Speaker: Noah Goodman (Stanford)
Location: EEB 037
Probabilistic programing languages (PPLs) are formal languages for probabilistic modeling that describe complex distributions via programs with random choices. As a description language PPLs are a convenient and powerful way to construct models. I will show several examples drawn from cognitive science, focussing on language understanding: I will use a PPL to construct a model of language understanding as social reasoning; this model captures aspects of vague and figurative language. PPL implementations make it possible to separate inference algorithms from model representation by providing universal inference engines. Many techniques have been explored for inference, but they all struggle with efficiency for different model classes. Instead, we have been exploring systems that learn efficient inference strategies. I will discuss “deep amortized inference for PPLs”, a system that optimizes deep neural network “guide programs” to capture the implicit posterior distribution of a probabilistic program.

Tuesday, November 29, 2016 - 12:00

Computational and Statistical Issues in Genomics

Speaker: David Heckerman (MSR)
Location: CSE 305
In the last decade, genomics has seen an explosion in the production of data due to the decreasing costs and processing times associated with DNA sequencing. I will discuss how the cloud as well as techniques from mathematics and computer science help take advantage of this big data. My discussion will include linear mixed models, a popular model for association studies. I will show how these models work well and, if there is time, talk about why they do.

Tuesday, November 15, 2016 - 12:00

Sparse Additive Modeling

Speaker: Noah Simon (Statistics)
Location: CSE 305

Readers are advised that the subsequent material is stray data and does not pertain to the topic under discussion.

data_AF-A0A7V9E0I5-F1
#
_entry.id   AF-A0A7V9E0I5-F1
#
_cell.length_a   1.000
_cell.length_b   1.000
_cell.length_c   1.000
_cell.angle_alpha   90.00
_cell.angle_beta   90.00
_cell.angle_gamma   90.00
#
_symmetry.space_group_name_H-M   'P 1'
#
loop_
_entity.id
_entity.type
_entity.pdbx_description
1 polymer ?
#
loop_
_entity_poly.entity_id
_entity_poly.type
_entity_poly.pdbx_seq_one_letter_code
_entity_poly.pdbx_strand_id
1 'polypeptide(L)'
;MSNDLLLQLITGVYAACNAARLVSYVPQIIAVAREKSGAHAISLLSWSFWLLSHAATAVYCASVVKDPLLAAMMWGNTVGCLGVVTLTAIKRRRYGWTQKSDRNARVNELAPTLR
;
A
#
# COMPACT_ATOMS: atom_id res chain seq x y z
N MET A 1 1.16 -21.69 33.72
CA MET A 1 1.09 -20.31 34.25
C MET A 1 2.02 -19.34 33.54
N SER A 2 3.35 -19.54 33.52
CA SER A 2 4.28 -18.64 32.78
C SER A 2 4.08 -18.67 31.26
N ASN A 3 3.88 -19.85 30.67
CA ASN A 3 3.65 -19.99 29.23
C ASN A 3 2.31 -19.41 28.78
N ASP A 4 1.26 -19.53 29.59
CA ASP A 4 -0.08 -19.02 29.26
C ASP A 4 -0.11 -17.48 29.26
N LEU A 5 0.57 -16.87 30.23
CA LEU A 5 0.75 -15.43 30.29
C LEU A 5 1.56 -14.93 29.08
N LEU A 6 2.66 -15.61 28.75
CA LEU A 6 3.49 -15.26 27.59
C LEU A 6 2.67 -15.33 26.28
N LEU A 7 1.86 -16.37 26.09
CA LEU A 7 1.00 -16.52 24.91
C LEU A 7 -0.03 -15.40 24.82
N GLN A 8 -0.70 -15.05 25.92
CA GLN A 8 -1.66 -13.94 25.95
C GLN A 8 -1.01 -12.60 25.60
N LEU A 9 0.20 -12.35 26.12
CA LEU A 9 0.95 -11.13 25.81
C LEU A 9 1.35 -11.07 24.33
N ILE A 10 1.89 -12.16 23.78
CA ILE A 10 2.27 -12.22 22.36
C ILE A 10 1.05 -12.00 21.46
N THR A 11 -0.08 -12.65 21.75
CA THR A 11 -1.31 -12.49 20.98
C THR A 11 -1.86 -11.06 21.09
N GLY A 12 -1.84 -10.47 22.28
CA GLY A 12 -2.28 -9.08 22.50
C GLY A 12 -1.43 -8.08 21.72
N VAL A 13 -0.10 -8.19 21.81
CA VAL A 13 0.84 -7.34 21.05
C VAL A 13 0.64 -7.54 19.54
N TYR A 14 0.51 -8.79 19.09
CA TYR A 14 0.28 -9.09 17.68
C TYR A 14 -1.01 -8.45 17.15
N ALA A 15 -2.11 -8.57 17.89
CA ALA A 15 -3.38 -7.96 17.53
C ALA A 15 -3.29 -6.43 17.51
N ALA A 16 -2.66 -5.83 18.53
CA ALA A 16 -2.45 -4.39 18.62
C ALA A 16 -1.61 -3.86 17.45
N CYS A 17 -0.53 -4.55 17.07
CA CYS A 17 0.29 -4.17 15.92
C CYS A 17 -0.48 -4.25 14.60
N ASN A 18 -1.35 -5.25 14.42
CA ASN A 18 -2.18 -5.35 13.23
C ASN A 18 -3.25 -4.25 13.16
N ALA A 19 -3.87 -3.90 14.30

Our ability to collect data has exploded over recent years. Across science, we now collect thousands of measurements on each person. One of the most common tasks of interest is to use these measurements to predict some response. Prediction methods must balance 3 objectives: predictive performance, computational tractability, and, in many applications, interpretability. In this talk we will discuss a broad class of models which effectively balance these objectives: Sparse additive models induced by combining a structural semi-norm and sparsity penalty. These are more flexible than the standard linear penalized model, but maintain its interpretability and computational tractability. We will show when these penalties can and cannot be combined to induce the desired structure and sparsity. We will give an efficient algorithm for fitting a wide class of these models. We will also discuss a particular type of structural penalty (hierarchical sparsity) which has additional nice behaviour. We will consider an application: Predicting disease phenotype in inflammatory bowel disease from gene expression measurements. Time permitting, we will additionally touch on the theoretical properties of these sparse additive estimators.